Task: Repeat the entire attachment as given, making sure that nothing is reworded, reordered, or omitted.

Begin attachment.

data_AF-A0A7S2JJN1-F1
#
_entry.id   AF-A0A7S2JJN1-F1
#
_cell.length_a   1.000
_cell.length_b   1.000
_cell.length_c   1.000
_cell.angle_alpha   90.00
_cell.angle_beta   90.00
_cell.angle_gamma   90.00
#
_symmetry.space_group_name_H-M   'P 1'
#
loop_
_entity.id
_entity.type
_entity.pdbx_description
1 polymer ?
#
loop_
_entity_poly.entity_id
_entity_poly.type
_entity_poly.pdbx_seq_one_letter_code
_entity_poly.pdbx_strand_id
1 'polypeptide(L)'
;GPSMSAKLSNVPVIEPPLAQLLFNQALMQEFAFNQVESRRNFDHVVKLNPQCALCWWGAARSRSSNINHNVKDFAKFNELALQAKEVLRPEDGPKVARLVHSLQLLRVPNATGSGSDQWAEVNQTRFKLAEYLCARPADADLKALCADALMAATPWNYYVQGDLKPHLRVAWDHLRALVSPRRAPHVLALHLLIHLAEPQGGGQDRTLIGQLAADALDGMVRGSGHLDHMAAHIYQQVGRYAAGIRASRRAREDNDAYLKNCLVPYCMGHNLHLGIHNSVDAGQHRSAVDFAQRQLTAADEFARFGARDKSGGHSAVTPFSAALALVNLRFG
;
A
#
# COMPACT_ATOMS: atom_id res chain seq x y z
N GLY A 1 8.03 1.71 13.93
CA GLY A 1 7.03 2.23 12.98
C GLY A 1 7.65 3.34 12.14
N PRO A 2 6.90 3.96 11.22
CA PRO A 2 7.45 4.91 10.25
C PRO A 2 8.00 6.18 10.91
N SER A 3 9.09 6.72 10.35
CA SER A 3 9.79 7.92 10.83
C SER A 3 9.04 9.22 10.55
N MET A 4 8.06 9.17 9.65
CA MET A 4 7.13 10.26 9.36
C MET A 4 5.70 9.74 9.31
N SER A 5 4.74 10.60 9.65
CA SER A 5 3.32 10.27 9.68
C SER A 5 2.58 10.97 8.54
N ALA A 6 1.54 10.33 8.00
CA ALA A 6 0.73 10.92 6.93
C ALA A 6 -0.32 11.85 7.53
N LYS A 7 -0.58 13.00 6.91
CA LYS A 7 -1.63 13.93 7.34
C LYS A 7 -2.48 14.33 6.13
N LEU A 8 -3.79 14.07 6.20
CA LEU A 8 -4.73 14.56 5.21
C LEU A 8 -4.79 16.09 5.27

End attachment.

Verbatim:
data_AF-A0A7S2JJN1-F1
#
_entry.id   AF-A0A7S2JJN1-F1
#
_cell.length_a   1.000
_cell.length_b   1.000
_cell.length_c   1.000
_cell.angle_alpha   90.00
_cell.angle_beta   90.00
_cell.angle_gamma   90.00
#
_symmetry.space_group_name_H-M   'P 1'
#
loop_
_entity.id
_entity.type
_entity.pdbx_description
1 polymer ?
#
loop_
_entity_poly.entity_id
_entity_poly.type
_entity_poly.pdbx_seq_one_letter_code
_entity_poly.pdbx_strand_id
1 'polypeptide(L)'
;GPSMSAKLSNVPVIEPPLAQLLFNQALMQEFAFNQVESRRNFDHVVKLNPQCALCWWGAARSRSSNINHNVKDFAKFNELALQAKEVLRPEDGPKVARLVHSLQLLRVPNATGSGSDQWAEVNQTRFKLAEYLCARPADADLKALCADALMAATPWNYYVQGDLKPHLRVAWDHLRALVSPRRAPHVLALHLLIHLAEPQGGGQDRTLIGQLAADALDGMVRGSGHLDHMAAHIYQQVGRYAAGIRASRRAREDNDAYLKNCLVPYCMGHNLHLGIHNSVDAGQHRSAVDFAQRQLTAADEFARFGARDKSGGHSAVTPFSAALALVNLRFG
;
A
#
# COMPACT_ATOMS: atom_id res chain seq x y z
N GLY A 1 8.03 1.71 13.93
CA GLY A 1 7.03 2.23 12.98
C GLY A 1 7.65 3.34 12.14
N PRO A 2 6.90 3.96 11.22
CA PRO A 2 7.45 4.91 10.25
C PRO A 2 8.00 6.18 10.91
N SER A 3 9.09 6.72 10.35
CA SER A 3 9.79 7.92 10.83
C SER A 3 9.04 9.22 10.55
N MET A 4 8.06 9.17 9.65
CA MET A 4 7.13 10.26 9.36
C MET A 4 5.70 9.74 9.31
N SER A 5 4.74 10.60 9.65
CA SER A 5 3.32 10.27 9.68
C SER A 5 2.58 10.97 8.54
N ALA A 6 1.54 10.33 8.00
CA ALA A 6 0.73 10.92 6.93
C ALA A 6 -0.32 11.85 7.53
N LYS A 7 -0.58 13.00 6.91
CA LYS A 7 -1.63 13.93 7.34
C LYS A 7 -2.48 14.33 6.13
N LEU A 8 -3.79 14.07 6.20
CA LEU A 8 -4.73 14.56 5.21
C LEU A 8 -4.79 16.09 5.27